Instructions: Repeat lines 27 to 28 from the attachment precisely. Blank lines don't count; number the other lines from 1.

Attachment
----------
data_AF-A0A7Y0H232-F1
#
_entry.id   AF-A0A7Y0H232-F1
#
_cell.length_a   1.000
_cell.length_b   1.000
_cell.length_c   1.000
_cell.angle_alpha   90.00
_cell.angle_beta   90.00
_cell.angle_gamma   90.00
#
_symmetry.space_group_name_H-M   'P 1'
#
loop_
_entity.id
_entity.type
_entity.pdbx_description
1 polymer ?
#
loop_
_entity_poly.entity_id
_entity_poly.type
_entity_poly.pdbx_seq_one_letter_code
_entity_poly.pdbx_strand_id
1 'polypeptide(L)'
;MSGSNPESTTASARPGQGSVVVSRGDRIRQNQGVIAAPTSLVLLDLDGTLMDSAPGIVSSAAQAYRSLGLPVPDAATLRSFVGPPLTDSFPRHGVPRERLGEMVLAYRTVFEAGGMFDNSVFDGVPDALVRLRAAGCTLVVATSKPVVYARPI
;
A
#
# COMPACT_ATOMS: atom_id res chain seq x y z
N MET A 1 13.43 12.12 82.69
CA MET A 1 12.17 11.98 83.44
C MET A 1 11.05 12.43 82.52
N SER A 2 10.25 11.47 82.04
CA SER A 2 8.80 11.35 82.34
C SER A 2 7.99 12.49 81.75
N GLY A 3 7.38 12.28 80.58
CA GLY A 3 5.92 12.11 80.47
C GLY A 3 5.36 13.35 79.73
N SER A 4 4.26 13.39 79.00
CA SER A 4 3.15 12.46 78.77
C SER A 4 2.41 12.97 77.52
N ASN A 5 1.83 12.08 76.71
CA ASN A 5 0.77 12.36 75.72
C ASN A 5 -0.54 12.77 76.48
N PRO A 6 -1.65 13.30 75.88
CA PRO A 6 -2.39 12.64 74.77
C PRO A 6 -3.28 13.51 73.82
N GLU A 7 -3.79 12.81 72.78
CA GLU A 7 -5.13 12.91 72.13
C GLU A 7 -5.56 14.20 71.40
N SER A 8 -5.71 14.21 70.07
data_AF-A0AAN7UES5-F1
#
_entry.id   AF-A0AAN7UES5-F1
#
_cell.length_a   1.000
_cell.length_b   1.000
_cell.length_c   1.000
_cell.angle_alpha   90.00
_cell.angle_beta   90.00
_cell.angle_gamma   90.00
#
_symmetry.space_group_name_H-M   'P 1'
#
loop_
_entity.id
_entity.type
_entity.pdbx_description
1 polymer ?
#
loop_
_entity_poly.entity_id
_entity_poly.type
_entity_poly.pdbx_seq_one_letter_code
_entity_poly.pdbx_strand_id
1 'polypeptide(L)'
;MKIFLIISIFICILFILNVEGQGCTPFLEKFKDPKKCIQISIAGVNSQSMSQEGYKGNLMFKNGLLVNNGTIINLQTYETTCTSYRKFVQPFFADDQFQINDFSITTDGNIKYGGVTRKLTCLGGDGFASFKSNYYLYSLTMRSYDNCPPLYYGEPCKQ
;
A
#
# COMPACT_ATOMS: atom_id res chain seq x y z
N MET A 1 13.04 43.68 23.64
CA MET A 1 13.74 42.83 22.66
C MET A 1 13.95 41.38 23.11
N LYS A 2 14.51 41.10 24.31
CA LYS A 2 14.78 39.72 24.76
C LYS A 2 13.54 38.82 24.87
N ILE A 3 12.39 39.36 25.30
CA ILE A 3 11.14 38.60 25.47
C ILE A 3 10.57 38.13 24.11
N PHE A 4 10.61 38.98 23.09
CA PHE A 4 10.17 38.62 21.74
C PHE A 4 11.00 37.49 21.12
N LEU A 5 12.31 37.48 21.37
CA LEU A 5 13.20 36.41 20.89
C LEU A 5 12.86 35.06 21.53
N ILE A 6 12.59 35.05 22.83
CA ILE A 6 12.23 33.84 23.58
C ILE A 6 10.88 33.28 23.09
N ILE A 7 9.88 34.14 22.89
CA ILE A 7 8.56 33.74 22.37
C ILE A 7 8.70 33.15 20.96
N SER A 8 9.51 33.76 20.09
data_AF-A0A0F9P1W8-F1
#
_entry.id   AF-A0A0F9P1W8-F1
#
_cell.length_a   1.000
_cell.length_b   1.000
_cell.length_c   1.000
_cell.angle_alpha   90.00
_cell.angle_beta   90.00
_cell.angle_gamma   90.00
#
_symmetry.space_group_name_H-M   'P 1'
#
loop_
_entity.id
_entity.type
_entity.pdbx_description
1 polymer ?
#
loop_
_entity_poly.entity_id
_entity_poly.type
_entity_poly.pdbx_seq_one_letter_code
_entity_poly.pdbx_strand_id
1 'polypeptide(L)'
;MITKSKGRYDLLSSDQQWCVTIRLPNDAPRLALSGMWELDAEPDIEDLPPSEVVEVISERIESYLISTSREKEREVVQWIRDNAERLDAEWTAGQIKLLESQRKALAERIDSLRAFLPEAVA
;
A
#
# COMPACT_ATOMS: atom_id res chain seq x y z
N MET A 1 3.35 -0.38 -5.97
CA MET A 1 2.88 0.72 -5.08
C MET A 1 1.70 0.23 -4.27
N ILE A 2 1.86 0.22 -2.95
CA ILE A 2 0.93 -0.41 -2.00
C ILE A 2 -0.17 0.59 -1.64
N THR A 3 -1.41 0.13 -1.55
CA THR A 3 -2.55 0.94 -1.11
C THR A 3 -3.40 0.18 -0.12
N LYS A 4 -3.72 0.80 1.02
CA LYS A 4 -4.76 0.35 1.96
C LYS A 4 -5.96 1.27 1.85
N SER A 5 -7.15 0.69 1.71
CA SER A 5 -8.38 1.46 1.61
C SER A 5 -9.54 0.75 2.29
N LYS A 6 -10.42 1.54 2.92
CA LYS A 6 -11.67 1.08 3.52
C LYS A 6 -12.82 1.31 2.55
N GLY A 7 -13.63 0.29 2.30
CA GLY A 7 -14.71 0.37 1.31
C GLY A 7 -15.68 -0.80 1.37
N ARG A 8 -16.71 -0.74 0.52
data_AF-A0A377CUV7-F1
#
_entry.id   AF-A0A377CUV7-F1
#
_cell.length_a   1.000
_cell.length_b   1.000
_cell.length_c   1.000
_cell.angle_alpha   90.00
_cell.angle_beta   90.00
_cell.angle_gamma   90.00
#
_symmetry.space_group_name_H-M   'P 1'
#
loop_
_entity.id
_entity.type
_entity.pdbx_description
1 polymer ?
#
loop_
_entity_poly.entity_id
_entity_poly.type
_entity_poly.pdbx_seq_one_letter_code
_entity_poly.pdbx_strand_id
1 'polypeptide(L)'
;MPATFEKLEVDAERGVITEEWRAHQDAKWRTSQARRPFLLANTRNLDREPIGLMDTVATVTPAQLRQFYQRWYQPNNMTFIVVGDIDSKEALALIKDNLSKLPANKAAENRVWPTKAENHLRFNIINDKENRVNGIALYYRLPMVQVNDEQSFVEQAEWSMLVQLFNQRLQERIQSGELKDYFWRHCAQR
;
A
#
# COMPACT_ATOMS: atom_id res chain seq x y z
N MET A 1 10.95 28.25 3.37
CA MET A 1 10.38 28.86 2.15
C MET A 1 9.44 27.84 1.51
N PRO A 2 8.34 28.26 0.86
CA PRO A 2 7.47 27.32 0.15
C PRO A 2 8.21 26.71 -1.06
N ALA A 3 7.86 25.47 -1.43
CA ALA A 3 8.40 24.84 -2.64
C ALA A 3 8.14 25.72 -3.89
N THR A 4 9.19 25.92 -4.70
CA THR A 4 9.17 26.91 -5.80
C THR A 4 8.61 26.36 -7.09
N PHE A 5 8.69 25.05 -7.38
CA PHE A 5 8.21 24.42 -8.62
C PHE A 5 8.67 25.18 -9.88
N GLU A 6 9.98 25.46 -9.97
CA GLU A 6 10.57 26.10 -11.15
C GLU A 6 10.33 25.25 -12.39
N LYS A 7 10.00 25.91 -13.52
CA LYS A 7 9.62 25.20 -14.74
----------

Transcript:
;
A